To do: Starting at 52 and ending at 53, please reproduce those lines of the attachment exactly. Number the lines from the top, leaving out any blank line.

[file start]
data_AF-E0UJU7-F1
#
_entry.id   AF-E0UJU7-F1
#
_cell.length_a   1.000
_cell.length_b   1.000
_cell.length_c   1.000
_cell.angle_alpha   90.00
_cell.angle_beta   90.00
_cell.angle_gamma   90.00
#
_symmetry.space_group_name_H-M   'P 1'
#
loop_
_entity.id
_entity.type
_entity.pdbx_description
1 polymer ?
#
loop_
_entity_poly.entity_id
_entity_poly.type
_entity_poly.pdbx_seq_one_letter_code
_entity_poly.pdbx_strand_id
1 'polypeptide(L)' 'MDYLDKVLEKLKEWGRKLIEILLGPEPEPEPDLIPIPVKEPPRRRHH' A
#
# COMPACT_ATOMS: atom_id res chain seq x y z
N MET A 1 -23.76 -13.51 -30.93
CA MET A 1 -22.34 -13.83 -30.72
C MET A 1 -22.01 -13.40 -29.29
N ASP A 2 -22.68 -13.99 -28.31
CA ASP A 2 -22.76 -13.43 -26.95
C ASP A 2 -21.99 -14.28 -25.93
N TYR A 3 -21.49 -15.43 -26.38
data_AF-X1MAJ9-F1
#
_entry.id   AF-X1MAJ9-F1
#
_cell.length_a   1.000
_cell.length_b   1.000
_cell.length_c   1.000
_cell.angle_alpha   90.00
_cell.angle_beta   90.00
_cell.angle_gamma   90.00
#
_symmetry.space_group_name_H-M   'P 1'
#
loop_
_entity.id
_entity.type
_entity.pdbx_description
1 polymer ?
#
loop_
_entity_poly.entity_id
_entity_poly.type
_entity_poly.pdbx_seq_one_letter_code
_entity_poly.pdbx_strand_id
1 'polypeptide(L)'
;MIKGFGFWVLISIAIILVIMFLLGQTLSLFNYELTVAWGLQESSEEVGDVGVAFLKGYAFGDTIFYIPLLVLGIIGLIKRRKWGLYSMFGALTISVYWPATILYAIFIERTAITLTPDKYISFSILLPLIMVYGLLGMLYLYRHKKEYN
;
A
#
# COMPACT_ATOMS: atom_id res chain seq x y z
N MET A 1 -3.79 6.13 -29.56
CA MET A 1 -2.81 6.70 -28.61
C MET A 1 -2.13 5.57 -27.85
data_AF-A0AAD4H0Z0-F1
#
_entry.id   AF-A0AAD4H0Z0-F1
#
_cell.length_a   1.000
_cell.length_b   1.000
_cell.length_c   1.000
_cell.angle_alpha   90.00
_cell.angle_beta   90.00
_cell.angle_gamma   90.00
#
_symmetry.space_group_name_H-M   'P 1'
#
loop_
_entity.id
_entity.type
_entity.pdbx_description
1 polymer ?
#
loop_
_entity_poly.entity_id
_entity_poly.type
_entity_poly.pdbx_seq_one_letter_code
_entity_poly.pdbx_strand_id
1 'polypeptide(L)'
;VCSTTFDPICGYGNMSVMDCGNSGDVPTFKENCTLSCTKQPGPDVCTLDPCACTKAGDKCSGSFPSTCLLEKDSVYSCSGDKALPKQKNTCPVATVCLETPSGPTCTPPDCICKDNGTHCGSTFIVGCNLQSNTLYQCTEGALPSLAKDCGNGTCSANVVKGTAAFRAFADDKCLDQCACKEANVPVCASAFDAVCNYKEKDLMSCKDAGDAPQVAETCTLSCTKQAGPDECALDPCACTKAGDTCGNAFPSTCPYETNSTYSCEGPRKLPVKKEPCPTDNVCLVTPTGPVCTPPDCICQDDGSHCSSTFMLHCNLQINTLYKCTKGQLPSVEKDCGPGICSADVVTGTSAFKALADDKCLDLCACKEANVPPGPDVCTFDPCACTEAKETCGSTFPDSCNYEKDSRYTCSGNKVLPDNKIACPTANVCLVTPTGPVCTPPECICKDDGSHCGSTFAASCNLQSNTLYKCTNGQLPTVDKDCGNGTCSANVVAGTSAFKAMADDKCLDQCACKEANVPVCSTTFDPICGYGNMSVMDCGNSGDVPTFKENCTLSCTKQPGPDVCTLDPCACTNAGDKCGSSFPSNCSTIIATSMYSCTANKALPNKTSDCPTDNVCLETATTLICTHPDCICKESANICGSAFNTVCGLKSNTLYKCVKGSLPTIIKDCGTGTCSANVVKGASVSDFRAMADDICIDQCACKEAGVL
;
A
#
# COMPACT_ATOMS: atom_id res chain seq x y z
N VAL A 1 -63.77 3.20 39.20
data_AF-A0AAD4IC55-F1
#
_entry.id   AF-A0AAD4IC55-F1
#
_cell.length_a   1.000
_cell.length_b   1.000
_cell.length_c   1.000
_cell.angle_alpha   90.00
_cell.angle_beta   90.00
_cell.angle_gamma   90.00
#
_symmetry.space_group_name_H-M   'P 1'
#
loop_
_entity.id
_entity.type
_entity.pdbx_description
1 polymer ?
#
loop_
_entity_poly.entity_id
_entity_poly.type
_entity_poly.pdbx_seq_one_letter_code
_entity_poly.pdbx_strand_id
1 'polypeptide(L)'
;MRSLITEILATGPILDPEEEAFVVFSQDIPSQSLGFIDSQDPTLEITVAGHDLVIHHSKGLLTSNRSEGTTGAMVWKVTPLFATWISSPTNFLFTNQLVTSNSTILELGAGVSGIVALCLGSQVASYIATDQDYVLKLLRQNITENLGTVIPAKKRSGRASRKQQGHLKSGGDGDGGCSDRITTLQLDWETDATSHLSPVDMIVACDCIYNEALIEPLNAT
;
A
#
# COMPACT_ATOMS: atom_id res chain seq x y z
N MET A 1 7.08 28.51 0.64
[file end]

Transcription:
1 polymer ?
#